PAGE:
As horrifying as we may find Charlie Bronson’s actions in Death Wish, his vigilante tactics of stalking and killing muggers in New York strike a sympathetic vibration in each of us, though we hate it in ourselves, though most of us would deny we feel the same urge from time to time.

  You feel it, I feel it.

  Ten years ago, I was worked over pretty fair by a couple of over-six-feet heavyweights. One of them held me while the other one pounded my face into guava jelly. When the local bacon finally arrived, the guys had split. One was a deckhand on pleasure yachts, with a string of priors for mayhem that made Hurricane Carter look like Christopher Robin’s nanny. He skipped the country, so I was told. But the other one was a certified flake, an overly macho clown who had been married to a busty film starlet, had bombed out as a stockbroker, and who owed money all over Hollywood. We hauled him into the City Attorney’s office, got him cold when the Man suggested we each take a lie detector test. I rolled up my sleeve right there and said, “Let’s get it on!” The flake began to hem and haw, and his attorney fumfuh’d it was an invasion of something or other. Nonetheless, I took the polygraph test and it backed my story one hundred per cent. Attorney’s office put out a warrant for his arrest. But the cops didn’t bother looking for him.

  We went to court, almost two years ago, and got a financial judgment against him for five grand, since it was obvious I wasn’t going to be able to slap the sonofabitch in jail. Even though I had witnesses to unprovoked assault, battery, criminal assault, and a host of etceteras, the cops were simply too busy busting kids with grass in their possession to keep a pair of homicidal thugs off the streets.

  He can keep the five grand. Just let me have fifteen minutes alone with the muther.

  I’d take along a tire iron.

  Not for the beginning; I want that
pleasure barehanded. But after that interlude, I’d need the tire iron. I’d start with his legs. Lay him out on the floor and lean his left leg up against the wall and then just jump on the angle, right below the kneecap. Like snapping a rotted piece of cord-wood for the fireplace. Then I’d use the tire iron to break it back in the opposite direction, so bone-chips would get in the kneecap socket, so he’d walk with a limp for the rest of his barbaric life. Then I’d do his hands. Forearms with the tire iron, wrists with the tire iron, fingers one by one…

  Make you uneasy? Make you sick? Makes me sick, to know I’ve got that in me somewhere. If I told you I’m a pacifist, would you believe me? Not for a second, and I wouldn’t blame you; even though it’s true. Let me make you even more uneasy; I’m no different than you.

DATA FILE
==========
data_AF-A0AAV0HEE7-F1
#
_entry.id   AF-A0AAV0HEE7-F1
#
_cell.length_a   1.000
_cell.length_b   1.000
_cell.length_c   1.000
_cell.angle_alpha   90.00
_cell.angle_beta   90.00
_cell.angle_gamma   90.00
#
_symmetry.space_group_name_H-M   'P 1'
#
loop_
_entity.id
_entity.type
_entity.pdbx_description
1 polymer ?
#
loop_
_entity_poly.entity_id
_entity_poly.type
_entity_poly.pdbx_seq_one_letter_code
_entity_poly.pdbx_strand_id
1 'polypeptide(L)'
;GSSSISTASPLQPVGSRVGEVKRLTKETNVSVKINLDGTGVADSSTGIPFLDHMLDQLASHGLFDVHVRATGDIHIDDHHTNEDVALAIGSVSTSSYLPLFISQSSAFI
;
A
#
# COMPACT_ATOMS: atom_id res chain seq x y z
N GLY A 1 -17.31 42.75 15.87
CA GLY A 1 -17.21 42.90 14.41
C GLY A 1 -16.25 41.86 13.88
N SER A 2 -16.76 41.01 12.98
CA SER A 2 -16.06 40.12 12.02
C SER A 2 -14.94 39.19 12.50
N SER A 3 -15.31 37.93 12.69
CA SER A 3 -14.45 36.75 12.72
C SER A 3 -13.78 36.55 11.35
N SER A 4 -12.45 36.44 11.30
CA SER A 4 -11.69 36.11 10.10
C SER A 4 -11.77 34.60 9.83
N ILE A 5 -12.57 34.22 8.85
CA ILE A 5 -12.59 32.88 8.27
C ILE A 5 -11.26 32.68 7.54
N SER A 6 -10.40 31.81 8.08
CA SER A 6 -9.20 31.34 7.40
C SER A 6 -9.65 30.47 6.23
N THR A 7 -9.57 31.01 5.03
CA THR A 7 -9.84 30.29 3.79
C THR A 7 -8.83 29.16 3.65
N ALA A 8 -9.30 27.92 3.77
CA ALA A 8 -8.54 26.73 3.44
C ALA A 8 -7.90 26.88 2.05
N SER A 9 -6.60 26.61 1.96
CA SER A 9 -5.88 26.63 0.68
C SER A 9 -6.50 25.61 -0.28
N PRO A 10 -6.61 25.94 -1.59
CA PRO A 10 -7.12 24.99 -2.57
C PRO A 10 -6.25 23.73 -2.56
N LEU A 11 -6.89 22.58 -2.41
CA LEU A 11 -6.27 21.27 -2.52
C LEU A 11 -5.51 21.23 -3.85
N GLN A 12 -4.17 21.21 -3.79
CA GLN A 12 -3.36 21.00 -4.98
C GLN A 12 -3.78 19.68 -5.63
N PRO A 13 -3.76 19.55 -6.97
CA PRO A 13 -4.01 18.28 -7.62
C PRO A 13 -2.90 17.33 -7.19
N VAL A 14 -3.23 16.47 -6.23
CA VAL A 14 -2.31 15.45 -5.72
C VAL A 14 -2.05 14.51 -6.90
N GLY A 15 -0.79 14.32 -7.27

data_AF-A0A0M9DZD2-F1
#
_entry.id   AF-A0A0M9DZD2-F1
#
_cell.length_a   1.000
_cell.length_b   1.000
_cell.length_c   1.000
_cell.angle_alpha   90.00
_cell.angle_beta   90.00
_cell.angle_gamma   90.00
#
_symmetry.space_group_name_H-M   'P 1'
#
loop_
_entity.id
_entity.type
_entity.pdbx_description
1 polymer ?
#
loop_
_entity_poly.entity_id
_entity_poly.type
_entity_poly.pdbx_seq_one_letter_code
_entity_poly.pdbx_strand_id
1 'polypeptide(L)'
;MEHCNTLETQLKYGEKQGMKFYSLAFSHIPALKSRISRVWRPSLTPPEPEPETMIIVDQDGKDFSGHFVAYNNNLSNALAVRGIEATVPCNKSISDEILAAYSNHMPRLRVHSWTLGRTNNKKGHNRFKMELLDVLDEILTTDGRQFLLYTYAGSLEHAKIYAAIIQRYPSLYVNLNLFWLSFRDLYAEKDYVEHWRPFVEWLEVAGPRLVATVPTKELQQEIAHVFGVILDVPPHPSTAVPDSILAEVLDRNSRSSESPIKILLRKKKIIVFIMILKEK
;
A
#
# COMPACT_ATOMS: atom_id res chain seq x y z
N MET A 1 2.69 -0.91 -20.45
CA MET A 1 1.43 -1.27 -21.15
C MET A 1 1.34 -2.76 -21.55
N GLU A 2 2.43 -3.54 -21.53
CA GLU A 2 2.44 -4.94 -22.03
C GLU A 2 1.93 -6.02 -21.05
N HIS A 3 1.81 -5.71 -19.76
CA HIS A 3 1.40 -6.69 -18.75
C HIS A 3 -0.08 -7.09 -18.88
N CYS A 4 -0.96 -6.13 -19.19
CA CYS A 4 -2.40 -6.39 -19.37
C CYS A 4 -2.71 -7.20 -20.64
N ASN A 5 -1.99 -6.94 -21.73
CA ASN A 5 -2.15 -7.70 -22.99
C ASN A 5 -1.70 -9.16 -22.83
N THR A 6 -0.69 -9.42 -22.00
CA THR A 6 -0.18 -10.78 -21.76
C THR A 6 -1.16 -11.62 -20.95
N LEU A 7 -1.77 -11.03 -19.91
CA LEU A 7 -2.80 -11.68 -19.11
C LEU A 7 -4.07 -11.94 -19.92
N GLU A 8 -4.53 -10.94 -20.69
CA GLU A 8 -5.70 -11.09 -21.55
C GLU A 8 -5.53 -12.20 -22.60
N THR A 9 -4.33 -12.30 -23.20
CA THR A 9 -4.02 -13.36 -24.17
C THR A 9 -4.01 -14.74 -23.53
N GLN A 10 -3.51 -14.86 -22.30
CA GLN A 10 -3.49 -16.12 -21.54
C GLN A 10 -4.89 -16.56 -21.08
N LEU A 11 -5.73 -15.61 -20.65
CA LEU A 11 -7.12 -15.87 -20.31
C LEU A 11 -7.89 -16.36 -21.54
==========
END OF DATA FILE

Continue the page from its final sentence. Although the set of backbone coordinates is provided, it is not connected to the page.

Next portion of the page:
Have you ever been beaten…or raped…or robbed…or even been dismissed cavalierly by some petty authority?

  Think back. You know I’m telling the truth. We are all the same inside these skins. We all want to exact revenge. The invasion of our personal space, the brutalization, the debasement, the shame at not having been able to duke it out like Bruce Lee or one of the million short, smart movie/television stars who play the rabbit till they can take it no longer and then lash out and deck the hairy bully. Gary Cooper in Capra’s Mr. Deeds Goes to Town: at the end of the trial where the forces of greed and evil try to convince the court his millions should be taken away from him because he’s “pixilated” and the judge asks Deeds if there’s anything else, and Cooper as Deeds says, “Yes, one more thing,” and he hauls off and knocks crooked attorney Douglass Dumbrille stone cold in the courtroom. Alan Ladd in The Glass Key: having been worked over by pithecanthropoid William Bendix and his buddy, Rusty, played by Eddie Marr, fights back, sets fire to the room where’s he’s been kept prisoner, throws himself out a window and escapes, enabling him later to pound the shit out of Bendix. Jan-Michael Vincent in Buster and Billie: his sweetheart having been raped and bludgeoned to death, finds his ex-school chums, the gang who killed her, and goes berserk, killing two of them by smashing in their heads with a pool cue and a billiard ball. And, of course, Charlie Bronson in Death Wish.

  But those are only movies, you say.

  Are they? Think back. You know I’m telling the truth. If your wife or sister or girl friend was ever assaulted, if your husband or brother or son was ever stomped or beaten, didn’t you wish you had that fifteen minutes alone with the nameless, faceless motherfuckers who did the deed? Didn’t you fantasize it in your mind, some ghastly weapon in your hand that would prevent their getting at you as you crippled them? If you say you never held such a thought…you are either a liar or nobler than any other member of the human race.

  Because the unspoken terror that lives with all of us in big cities these days is a constant. It runs in our bloodstream, it tingles in our skin, it aches in our bones. It’s better for us here in Los Angeles than for you in Detroit or Pittsburgh or Washington, D.C., or New York. But not much.

  And so, in that unseamed existence beyond regional or ethnic or religious differentiations, we are all the same. All come to that place where the fear we’ve been taught is so omnipresent that it can be ignored until its intensity reaches panic level. Background noise, ever present static, the ticking of the clock in the darkened bedroom, the hum of generators underfoot, the clattering of the crickets. Always with us. Always there. Unnoticed, unheard, unknown…always there.

  Until the moment comes when we become aware of it because it assumes corporeal reality. Like this:

  On a trip to New York, I found myself at nine o’clock at night—having worked all day on the galleys of one of my books soon to go to press—descending in a semi-empty elevator at 919 Third Avenue. Bone-tired, leaning up against the wall of the elevator car, attaché case hanging from one hand, almost phased-out. Semi-empty. There was the one other passenger. A very large, very nasty-looking young man in a long and dirty topcoat.